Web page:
Philosophy and it's effects

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Reply Thu 23 Apr, 2009 08:06 pm
Before showing interest in things such as philosophy, how would you rate your life? Exciting, happy, sad, depressed, et cetera?

After discovering your interest and learning more about philosophy, how would you rate your life now? Exciting, happy, sad, depressed, et cetera?

Would you say that you think your life has more meaning? less?

Would you say that you find that you are showing social anxiety or maybe seem to have became antisocial to a point?

Do you find yourself thinking much more often, possibly skipping parties you would normally go to, et cetera?

If you have taken the Myers-Briggs Typology Indicator test, which type are you?
 
Aedes
 
Reply Thu 23 Apr, 2009 08:15 pm
@Dylan phil,
I actually changed from an INTJ to an INTP after I took a philosophy course my senior year of college (1995 or 1996), and I've been an INTP on several repeat ones. I've always come out introverted, but I've always been very close to 50% on that one. The Intuitive, Thinking, and Perceiving are not very close, however.

The aspect of INTP that is a slam dunk for me is the teaching -- taking pains to explain complex concepts to people.

(Parenthetically, my wife is also an INTP, and we are afraid to ever take the test again in case we come out with different scores).
 
hue-man
 
Reply Thu 23 Apr, 2009 10:10 pm
@Dylan phil,
I would say that I've always been a little introverted, thoughtful, and intuitive. Not really antisocial, but definitely not pro-social. I took the multiple intelligence test as well, and I found that I was highest in linguistic and intrapersonal. Interpersonal was in third place.

I feel like my life has more meaning now, but I'm not as happy as I could be, and that has nothing to do with philosophy and everything to do with personal matters that have been going on since before I started philosophizing. Philosophy has helped me increase my sense of well being, though, and I'm working on filling the voids in my life.
 
manored
 
Reply Fri 24 Apr, 2009 05:05 pm
@Dylan phil,
I think before I was overall happy, but mostly because somehow I believed I should be, and I would sometimes let small things ruin my day, weeks or months. Now I fell everthing can be a sea of white roses whenever I want it to be, what is nice, and I am happy cause I know I can and want to be. Im also more willing to do things I dont want to do for the sake of experience, as I started giving immense value to experience and knowledge.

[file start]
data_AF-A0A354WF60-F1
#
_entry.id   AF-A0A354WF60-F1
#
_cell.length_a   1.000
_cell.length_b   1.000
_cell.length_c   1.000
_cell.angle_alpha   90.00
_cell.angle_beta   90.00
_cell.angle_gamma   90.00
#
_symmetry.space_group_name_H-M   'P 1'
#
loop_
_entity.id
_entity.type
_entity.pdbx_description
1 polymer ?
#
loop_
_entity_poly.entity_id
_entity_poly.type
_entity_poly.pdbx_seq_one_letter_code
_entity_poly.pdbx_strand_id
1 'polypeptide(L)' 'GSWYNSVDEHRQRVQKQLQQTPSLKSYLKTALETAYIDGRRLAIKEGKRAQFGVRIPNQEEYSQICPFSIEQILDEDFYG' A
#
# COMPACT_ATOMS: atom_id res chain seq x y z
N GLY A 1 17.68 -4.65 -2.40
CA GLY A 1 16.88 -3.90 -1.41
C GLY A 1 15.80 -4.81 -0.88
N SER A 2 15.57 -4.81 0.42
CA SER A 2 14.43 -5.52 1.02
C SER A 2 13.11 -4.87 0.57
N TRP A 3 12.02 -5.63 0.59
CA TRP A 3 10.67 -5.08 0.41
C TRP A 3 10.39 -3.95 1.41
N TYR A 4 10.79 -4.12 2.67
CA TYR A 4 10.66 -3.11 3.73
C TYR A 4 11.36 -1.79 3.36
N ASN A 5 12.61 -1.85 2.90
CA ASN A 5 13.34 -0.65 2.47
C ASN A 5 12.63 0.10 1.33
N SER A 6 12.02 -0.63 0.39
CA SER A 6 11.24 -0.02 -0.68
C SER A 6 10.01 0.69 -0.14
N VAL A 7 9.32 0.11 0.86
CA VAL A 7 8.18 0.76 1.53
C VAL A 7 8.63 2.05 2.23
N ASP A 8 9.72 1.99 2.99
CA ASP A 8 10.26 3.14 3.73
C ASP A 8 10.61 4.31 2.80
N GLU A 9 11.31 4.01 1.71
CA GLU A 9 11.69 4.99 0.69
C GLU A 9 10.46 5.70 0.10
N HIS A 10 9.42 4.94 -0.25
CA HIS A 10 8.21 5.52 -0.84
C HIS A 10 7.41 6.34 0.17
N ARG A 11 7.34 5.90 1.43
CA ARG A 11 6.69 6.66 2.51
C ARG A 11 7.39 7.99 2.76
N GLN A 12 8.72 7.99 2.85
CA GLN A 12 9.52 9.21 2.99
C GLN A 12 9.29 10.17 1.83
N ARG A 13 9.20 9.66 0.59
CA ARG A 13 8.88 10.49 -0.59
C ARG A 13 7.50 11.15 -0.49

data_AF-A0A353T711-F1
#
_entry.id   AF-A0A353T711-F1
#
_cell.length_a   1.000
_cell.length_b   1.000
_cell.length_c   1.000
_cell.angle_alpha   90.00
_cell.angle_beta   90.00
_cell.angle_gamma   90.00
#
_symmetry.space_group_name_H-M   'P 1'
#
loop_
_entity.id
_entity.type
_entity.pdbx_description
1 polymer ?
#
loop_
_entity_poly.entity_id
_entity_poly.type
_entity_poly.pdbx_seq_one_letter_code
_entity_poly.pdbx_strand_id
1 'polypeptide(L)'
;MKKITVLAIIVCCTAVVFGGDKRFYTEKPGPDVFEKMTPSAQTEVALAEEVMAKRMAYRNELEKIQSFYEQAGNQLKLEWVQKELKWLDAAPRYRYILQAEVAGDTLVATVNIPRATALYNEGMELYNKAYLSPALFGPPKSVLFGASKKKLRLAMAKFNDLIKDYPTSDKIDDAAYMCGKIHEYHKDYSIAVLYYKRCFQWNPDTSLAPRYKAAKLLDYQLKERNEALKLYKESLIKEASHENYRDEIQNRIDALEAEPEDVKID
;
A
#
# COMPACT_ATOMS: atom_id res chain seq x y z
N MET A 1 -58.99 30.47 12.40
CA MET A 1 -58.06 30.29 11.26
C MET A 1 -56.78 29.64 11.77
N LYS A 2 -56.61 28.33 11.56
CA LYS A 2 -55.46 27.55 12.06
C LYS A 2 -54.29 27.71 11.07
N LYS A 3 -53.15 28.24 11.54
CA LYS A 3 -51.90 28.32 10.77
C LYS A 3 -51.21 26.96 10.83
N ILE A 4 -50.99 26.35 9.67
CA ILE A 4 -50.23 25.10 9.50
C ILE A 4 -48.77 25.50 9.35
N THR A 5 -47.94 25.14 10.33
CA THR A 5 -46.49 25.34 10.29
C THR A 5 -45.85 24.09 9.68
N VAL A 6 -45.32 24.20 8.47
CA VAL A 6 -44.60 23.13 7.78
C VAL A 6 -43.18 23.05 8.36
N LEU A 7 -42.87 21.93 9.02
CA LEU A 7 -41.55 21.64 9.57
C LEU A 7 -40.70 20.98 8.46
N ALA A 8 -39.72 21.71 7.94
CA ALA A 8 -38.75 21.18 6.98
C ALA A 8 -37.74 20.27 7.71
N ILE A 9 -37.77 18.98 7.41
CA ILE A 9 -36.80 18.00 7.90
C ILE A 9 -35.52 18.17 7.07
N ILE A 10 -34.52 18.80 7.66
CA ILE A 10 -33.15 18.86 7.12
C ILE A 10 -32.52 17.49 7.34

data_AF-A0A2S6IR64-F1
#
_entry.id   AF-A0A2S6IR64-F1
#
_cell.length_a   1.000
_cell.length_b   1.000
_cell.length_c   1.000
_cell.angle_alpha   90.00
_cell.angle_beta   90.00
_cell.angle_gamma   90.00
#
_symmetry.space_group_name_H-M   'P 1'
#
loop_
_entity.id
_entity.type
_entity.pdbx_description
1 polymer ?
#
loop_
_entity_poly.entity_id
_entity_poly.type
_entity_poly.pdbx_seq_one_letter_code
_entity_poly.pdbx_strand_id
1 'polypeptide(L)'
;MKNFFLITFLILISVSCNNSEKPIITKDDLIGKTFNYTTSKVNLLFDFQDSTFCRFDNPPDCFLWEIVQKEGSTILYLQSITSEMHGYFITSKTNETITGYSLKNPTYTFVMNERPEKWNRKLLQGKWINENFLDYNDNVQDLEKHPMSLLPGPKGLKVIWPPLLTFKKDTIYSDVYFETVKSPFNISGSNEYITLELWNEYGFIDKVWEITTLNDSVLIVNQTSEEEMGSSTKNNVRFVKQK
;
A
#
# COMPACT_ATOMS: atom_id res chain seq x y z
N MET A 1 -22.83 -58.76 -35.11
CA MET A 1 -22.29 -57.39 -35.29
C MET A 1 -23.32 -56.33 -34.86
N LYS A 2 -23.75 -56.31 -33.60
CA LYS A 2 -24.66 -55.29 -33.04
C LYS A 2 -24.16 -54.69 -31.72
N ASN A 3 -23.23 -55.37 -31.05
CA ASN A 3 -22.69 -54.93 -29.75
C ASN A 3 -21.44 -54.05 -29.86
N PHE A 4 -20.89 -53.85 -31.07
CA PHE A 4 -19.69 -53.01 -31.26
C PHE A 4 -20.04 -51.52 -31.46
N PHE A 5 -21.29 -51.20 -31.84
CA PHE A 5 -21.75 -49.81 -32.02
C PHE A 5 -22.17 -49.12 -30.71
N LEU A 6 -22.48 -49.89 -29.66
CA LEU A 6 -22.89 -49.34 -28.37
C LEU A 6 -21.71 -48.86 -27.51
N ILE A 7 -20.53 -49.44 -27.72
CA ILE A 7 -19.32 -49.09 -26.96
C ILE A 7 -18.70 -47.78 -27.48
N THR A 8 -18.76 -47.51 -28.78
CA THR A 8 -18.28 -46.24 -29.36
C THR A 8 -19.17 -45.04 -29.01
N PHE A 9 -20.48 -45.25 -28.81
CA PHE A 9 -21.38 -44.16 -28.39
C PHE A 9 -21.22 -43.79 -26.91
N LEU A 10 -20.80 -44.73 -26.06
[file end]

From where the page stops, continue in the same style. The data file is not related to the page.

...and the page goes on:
No0ne
 
Reply Fri 24 Apr, 2009 05:46 pm
@Dylan phil,
Dylan wrote:
Before showing interest in things such as philosophy, how would you rate your life? Exciting, happy, sad, depressed, et cetera?

After discovering your interest and learning more about philosophy, how would you rate your life now? Exciting, happy, sad, depressed, et cetera?

Would you say that you think your life has more meaning? less?

Would you say that you find that you are showing social anxiety or maybe seem to have became antisocial to a point?

Do you find yourself thinking much more often, possibly skipping parties you would normally go to, et cetera?

If you have taken the Myers-Briggs Typology Indicator test, which type are you?


:perplexed:Hmmm? "Before showing interest in things such as philosophy"

:sarcastic:Have you ever not been intrested in your own thoughts and point of view of the world around you>?
 
Dylan phil
 
Reply Fri 24 Apr, 2009 07:40 pm
@No0ne,
No0ne wrote:
:perplexed:Hmmm? "Before showing interest in things such as philosophy"

:sarcastic:Have you ever not been intrested in your own thoughts and point of view of the world around you>?


I'm not looking for critique in these questions, but I am wanting answers to these questions from others. I will take the time to explain what I meant though.

Once you become interested in philosophy somewhat more than the average person, you challenge yourself more than most would about specific ideas, et cetera. Most people in today's society would probably just stick to whatever their parents had them grow up with (Christianity, et cetera). If you are just growing up and have never specifically taken interest in philosophy you are more likely to not challenge ideas but rather link them to whichever religion that you reside in. If there is no difference in actually being interested in philosophy than just thinking about my own view of the world, then I don't know what to say..
 
 

 
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